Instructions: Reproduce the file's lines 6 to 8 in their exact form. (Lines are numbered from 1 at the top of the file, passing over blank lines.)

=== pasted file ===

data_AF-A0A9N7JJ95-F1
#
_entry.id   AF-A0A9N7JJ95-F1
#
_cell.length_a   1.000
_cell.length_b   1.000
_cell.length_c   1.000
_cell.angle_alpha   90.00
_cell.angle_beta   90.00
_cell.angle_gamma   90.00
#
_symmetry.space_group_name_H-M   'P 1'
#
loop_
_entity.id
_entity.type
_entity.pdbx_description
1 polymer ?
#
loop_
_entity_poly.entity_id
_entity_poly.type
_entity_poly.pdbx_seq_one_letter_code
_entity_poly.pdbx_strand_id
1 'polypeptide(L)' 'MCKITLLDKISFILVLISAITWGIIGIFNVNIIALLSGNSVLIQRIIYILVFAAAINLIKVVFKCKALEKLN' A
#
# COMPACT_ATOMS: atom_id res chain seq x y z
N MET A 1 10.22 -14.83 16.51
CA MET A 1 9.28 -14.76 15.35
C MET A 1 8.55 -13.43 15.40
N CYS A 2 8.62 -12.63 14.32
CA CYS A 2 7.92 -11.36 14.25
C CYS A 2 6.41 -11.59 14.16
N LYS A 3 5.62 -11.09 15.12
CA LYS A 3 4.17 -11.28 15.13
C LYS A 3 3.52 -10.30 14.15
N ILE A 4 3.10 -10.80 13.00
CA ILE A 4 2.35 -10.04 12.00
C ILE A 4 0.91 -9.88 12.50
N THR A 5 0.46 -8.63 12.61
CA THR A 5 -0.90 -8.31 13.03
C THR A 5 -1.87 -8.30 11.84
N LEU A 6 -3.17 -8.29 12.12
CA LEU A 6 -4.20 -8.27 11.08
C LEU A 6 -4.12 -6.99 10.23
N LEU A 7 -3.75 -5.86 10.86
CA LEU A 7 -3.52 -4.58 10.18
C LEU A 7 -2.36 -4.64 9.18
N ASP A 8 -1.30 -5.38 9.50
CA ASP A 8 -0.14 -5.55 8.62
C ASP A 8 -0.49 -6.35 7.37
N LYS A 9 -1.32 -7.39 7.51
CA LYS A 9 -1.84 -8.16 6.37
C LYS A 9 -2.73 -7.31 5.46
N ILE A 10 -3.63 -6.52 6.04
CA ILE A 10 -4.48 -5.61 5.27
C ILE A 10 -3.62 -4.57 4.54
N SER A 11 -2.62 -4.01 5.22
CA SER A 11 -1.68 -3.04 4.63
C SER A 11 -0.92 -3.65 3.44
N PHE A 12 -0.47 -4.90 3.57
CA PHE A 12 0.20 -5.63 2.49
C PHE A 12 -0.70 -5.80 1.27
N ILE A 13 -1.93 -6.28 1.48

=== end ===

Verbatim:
_cell.length_b   1.000
_cell.length_c   1.000
_cell.angle_alpha   90.00